Almost Sleeping My Way To Timbuktu

By Drum Digital
11 November 2013

It will be hard to put it down. Once you open it some parts of your life will stand still.

Image exploring a region where you don’t speak the language, the challenges you would face and everything that can go wrong.  This book chronicles the author’s decision to  explore Francophone Africa – visiting Senegal, Mali, Burkina Faso, Benin or Togo that are hosts to five World Heritage Sites listed by UNESCO for their historical and cultural significance. But as life would have it, not everything goes according to plan. His non-existent grasp on French while travelling through West Africa resulted in some very long, lonely and funny drives, even though he’s crammed with locals in small spaces. Like a typical South African, there are times he comes across as a snob – when he chose to survive on a cool drink or bottled water for hours because he dared not touch the local foods out of fear of food poisoning. The logistics involved to get from one place to the other can frustrate as well as keep you in stitches. At times he makes you feel envious as you’ll feel like you are there, smelling the fruit and the vegetables at the markets. Even though the book is about him in West Africa, he also gives details about his personal life. The kind of husband, father, brother and colleague he is. Written in a tone that makes you feel like Sihle is addressing you as a friend – he is witty and outright funny. That you will feel sad and informative is testament to his storytelling ability as well as the research involved in the background information and conveying the history of the places he visits. He gets emotional at timesand you’re right there with him especially when he visits the slave trade areas. He empathises with the locals’ history as if it were his own. Sihle Khumalo’s previous trips around Africa produced the books Dark Continent My Black Arse and Heart of Africa. By Sihle Khumalo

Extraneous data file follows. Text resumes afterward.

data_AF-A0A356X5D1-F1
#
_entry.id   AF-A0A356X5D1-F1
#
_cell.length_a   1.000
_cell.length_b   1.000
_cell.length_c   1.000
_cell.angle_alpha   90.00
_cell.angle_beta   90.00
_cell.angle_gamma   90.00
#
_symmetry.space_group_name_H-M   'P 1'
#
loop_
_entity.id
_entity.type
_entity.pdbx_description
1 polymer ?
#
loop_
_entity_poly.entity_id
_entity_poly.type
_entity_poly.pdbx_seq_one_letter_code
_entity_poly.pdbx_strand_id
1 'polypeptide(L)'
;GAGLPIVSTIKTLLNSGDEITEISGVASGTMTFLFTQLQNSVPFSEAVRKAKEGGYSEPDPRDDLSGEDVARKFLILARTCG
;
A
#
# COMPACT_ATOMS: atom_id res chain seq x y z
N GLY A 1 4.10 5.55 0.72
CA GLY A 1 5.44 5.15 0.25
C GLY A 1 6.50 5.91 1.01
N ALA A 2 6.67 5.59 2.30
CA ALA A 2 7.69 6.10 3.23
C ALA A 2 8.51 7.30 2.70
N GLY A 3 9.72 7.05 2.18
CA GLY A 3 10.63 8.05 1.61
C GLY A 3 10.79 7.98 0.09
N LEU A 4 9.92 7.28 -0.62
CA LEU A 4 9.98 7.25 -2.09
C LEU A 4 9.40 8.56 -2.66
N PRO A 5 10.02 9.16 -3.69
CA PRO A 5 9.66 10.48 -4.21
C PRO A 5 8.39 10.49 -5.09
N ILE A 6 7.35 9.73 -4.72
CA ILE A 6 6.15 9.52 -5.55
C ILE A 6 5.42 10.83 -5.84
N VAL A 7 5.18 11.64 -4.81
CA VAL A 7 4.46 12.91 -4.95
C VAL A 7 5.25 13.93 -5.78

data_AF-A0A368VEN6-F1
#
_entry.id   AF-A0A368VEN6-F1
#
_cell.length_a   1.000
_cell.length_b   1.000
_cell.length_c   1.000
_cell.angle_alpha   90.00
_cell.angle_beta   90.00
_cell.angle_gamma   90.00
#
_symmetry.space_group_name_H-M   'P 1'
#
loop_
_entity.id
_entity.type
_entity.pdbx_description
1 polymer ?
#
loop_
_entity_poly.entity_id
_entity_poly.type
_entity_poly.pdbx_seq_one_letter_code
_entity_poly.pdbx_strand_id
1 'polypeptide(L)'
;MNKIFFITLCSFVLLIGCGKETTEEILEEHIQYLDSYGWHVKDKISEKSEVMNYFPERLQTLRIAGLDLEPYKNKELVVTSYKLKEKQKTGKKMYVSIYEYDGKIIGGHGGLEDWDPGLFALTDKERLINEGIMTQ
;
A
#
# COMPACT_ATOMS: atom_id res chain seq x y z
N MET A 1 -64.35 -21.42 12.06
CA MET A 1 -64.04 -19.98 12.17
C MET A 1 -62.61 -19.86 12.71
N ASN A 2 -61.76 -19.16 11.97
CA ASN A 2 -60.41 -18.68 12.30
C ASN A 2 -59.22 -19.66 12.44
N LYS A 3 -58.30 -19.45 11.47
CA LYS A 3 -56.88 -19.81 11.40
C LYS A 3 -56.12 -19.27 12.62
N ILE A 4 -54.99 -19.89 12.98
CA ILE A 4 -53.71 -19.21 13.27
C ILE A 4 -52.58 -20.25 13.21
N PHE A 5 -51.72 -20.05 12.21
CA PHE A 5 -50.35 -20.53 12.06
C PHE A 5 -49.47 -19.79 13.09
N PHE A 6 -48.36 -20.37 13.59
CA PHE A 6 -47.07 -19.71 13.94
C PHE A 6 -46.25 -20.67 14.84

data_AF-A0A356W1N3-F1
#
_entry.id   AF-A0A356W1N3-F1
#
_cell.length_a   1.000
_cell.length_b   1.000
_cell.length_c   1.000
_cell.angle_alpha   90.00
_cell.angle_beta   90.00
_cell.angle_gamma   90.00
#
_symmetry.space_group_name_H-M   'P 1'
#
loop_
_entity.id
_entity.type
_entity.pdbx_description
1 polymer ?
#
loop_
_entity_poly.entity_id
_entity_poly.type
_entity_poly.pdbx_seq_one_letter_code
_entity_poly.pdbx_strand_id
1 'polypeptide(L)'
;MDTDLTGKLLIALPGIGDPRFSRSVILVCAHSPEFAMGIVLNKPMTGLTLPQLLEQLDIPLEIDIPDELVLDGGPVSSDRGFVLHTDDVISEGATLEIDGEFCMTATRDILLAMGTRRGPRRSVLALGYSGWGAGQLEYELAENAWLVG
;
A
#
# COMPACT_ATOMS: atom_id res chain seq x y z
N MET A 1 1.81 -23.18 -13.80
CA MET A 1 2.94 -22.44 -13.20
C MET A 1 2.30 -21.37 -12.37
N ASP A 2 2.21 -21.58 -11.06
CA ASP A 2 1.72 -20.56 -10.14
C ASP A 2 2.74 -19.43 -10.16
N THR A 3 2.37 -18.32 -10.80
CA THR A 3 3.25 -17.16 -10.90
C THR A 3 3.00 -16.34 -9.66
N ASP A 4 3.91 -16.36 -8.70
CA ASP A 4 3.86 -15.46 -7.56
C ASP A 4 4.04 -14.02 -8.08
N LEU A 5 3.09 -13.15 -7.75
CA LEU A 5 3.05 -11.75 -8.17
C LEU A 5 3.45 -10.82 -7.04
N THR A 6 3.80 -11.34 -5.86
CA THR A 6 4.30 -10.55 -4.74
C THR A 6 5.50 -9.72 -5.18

Umuzi (RHS)



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